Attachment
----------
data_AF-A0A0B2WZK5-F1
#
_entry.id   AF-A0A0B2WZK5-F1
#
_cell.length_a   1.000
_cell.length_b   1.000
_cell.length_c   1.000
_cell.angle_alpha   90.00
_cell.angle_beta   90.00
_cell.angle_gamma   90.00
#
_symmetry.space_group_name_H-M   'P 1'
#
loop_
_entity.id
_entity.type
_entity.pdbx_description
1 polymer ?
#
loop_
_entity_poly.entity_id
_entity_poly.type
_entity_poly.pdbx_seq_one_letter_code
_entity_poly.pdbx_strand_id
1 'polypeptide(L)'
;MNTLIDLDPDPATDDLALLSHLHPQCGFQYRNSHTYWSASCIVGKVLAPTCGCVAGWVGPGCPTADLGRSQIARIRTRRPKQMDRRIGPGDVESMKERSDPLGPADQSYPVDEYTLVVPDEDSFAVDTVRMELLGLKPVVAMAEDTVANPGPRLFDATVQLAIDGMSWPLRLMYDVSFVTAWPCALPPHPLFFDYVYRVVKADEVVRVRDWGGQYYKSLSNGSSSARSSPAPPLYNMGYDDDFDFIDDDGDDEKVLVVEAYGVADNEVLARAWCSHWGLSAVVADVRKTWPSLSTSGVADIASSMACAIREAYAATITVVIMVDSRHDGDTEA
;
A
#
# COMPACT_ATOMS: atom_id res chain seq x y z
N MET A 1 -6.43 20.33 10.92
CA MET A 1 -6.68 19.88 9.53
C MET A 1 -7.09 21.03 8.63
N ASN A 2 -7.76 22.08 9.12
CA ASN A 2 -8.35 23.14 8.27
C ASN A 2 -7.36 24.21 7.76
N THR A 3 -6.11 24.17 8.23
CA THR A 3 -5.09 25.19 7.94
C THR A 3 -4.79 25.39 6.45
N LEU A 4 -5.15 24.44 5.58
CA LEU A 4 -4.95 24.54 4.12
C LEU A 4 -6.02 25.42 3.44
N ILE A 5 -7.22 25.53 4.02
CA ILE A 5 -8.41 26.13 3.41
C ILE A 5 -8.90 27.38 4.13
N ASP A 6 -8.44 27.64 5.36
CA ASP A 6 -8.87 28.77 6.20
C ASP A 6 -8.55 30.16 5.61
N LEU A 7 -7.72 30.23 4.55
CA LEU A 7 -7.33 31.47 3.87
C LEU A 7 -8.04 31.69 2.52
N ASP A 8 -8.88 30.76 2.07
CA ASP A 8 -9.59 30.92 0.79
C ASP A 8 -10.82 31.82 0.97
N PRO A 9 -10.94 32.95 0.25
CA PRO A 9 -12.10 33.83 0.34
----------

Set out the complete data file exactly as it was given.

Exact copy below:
data_AF-A0A0B2WZK5-F1
#
_entry.id   AF-A0A0B2WZK5-F1
#
_cell.length_a   1.000
_cell.length_b   1.000
_cell.length_c   1.000
_cell.angle_alpha   90.00
_cell.angle_beta   90.00
_cell.angle_gamma   90.00
#
_symmetry.space_group_name_H-M   'P 1'
#
loop_
_entity.id
_entity.type
_entity.pdbx_description
1 polymer ?
#
loop_
_entity_poly.entity_id
_entity_poly.type
_entity_poly.pdbx_seq_one_letter_code
_entity_poly.pdbx_strand_id
1 'polypeptide(L)'
;MNTLIDLDPDPATDDLALLSHLHPQCGFQYRNSHTYWSASCIVGKVLAPTCGCVAGWVGPGCPTADLGRSQIARIRTRRPKQMDRRIGPGDVESMKERSDPLGPADQSYPVDEYTLVVPDEDSFAVDTVRMELLGLKPVVAMAEDTVANPGPRLFDATVQLAIDGMSWPLRLMYDVSFVTAWPCALPPHPLFFDYVYRVVKADEVVRVRDWGGQYYKSLSNGSSSARSSPAPPLYNMGYDDDFDFIDDDGDDEKVLVVEAYGVADNEVLARAWCSHWGLSAVVADVRKTWPSLSTSGVADIASSMACAIREAYAATITVVIMVDSRHDGDTEA
;
A
#
# COMPACT_ATOMS: atom_id res chain seq x y z
N MET A 1 -6.43 20.33 10.92
CA MET A 1 -6.68 19.88 9.53
C MET A 1 -7.09 21.03 8.63
N ASN A 2 -7.76 22.08 9.12
CA ASN A 2 -8.35 23.14 8.27
C ASN A 2 -7.36 24.21 7.76
N THR A 3 -6.11 24.17 8.23
CA THR A 3 -5.09 25.19 7.94
C THR A 3 -4.79 25.39 6.45
N LEU A 4 -5.15 24.44 5.58
CA LEU A 4 -4.95 24.54 4.12
C LEU A 4 -6.02 25.42 3.44
N ILE A 5 -7.22 25.53 4.02
CA ILE A 5 -8.41 26.13 3.41
C ILE A 5 -8.90 27.38 4.13
N ASP A 6 -8.44 27.64 5.36
CA ASP A 6 -8.87 28.77 6.20
C ASP A 6 -8.55 30.16 5.61
N LEU A 7 -7.72 30.23 4.55
CA LEU A 7 -7.33 31.47 3.87
C LEU A 7 -8.04 31.69 2.52
N ASP A 8 -8.88 30.76 2.07
CA ASP A 8 -9.59 30.92 0.79
C ASP A 8 -10.82 31.82 0.97
N PRO A 9 -10.94 32.95 0.25
CA PRO A 9 -12.10 33.83 0.34